“It’s my 8th trip to Haiti in the past 2 1/2 years. After a 40 minute, hot, humid and dusty drive we arrive at the orphanage. I am excited but I am also anxious. I’m excited to see the faces of the children I have grown to love. The children who I worry about during the months I am away. I am anxious because I know that every time I see them it makes me love them more and the more I love them, the more it hurts to leave them.
As we pull into the driveway I see one girl and two boys venture out of the house. I don’t recognize them. Ten new children have been left at the orphanage since I last visited 6 months earlier. I smile at them. They approach me and shyly smile back. She is beautiful, she smiles easily and warms to my greeting and hug. She immediately practices her English, “My name is *Rosalina” she says with a soft smile. I give her as much love as I can during our brief exchange and realize that two little boys are very near, watching closely. I hug them and say hello. I’m sure they don’t know why they are being hugged but I do it anyway and they melt into my arms. All three stay close as I get my belongings out of the car and start walking into the house.
The first child I recognize when I come into the house is 8 year old Gabrielle. She cried the last time I left. On that day I kissed her tears, told her I loved her, told her I would be back soon and then cried myself as I drove away. I have learned to wear sunglasses on departure day to hide the tears.
When I see Gabrielle there are children I don’t know around me and I can’t really move so I reach out towards her, beckoning her to come give me a hug. She is surprised to see me. She looks at me for a moment, offers what might be a smile but then walks away. My heart breaks a little. It takes her the entire first day before she comes searching for me and seems to want my attention. Is she deciding not to become attached because she knows I won’t be staying long?
I eventually search out all the children I have known for the past three years and meet all the new children. Most of the youngest ones do not smile at first; even the ones who I think should remember me. I worry about attachment disorders but I try not to. After all I am a stranger with a very odd colored face. I’ve known Jasmine since she was a baby. She is now three years old and she was scared of every white person that walked into the orphanage for the first 2 years of her life. I try not to jump to conclusions but it’s strange to talk and coo to a baby or toddler who doesn’t respond, who doesn’t maintain eye contact for more than a second, who you can’t get to laugh or talk. On this trip it takes Jasmine four days before she voluntarily comes to sit with me while I am reading a story. To this day I have never seen her smile. I will leave her again at the end of this trip. Does the time I spend with her hurt or help?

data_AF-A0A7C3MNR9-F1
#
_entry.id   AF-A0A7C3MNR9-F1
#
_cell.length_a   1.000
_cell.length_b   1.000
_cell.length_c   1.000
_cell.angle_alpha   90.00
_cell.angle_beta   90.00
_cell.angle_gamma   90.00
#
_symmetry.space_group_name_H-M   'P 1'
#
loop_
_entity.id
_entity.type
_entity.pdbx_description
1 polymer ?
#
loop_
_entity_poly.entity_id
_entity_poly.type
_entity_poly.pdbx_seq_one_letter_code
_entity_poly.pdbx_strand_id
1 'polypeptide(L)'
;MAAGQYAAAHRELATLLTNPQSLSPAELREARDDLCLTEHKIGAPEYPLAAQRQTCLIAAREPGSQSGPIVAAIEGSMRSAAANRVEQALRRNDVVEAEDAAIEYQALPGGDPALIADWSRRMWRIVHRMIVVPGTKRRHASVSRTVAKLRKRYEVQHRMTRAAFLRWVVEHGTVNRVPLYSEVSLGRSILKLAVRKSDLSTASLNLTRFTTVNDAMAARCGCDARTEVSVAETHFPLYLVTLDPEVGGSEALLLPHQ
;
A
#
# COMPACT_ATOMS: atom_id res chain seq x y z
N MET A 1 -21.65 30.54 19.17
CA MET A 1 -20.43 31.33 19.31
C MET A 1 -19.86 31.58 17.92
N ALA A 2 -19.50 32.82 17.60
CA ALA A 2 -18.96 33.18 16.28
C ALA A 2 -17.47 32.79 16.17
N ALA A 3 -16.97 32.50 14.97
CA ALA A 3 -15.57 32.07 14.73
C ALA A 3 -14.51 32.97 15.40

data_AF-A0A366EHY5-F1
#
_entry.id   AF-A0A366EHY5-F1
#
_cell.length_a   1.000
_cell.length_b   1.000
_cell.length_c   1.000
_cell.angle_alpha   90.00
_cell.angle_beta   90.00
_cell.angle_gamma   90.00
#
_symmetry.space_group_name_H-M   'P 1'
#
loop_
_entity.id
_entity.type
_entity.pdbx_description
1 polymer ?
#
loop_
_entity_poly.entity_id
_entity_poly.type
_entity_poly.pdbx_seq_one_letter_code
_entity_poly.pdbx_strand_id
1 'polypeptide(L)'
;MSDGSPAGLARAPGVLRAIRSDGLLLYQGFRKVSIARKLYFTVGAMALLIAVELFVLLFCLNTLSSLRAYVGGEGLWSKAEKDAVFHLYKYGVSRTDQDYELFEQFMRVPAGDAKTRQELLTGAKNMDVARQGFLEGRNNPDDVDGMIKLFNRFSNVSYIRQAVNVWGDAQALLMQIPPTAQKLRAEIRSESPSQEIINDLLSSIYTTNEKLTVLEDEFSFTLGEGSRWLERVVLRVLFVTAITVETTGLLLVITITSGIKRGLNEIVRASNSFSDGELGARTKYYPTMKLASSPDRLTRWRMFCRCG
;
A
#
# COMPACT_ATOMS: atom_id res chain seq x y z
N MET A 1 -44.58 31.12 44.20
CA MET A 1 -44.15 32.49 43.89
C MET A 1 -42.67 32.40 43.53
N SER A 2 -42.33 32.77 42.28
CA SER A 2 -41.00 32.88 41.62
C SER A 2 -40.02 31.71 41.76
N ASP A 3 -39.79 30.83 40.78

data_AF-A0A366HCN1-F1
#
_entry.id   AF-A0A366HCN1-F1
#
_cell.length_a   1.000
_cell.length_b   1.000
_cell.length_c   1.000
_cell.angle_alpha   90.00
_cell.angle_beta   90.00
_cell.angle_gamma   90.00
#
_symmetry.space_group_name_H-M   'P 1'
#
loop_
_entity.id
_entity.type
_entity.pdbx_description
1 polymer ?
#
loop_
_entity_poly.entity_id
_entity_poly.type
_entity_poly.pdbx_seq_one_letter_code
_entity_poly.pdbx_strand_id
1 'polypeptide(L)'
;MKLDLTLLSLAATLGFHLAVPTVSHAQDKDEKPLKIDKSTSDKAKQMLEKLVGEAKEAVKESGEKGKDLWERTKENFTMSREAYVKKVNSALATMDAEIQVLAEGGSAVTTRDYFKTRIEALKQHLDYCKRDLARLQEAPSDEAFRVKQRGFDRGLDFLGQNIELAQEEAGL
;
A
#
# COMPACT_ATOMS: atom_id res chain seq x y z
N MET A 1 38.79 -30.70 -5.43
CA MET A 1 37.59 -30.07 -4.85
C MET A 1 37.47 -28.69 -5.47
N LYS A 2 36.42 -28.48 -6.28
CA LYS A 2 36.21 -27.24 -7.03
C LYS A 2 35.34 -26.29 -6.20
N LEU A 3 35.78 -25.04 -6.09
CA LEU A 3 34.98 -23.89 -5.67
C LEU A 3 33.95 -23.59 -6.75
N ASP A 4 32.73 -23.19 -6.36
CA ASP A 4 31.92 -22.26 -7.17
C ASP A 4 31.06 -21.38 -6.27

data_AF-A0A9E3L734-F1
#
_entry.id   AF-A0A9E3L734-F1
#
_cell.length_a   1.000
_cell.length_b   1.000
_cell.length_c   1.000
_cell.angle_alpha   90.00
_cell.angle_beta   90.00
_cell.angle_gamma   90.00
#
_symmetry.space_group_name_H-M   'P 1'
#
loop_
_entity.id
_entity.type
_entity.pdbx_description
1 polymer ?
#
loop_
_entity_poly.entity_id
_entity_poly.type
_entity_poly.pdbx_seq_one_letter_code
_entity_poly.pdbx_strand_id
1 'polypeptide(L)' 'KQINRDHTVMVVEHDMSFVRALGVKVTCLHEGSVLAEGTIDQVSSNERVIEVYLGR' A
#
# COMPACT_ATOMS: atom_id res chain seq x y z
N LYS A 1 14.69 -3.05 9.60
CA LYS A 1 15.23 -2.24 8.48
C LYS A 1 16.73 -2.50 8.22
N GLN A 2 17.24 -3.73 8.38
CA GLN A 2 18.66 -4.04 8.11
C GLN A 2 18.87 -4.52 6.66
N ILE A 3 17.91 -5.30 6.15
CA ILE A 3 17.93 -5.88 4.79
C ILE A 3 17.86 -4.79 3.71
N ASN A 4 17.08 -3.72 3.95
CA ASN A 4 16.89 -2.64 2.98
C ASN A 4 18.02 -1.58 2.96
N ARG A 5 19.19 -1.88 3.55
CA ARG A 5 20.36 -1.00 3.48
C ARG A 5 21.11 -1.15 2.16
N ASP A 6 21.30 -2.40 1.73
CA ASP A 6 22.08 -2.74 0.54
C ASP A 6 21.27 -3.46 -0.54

The Jackson and Jefferson are brothers. They always act like aren’t interested in my visits but they smile in spite of themselves when I make them hug me. I make it impossible for them to resist me by bringing apples slices, no one is too cool for those. Nine year old Charlie is so lovable I want to squeeze him forever. He was brought to the orphanage as a baby and has no known siblings. At first he tries to be cool, like the other boys, and not get excited to see me. But within 10 minutes his little personality is overflowing as he continually calls my name asking me to “watch” as he throws some daring acrobatic move on the pavement. He can’t read but other than that he seems incredibly well adjusted for a kid who has lived in an orphanage his entire life. I have to force myself to not always give him the biggest apple slice.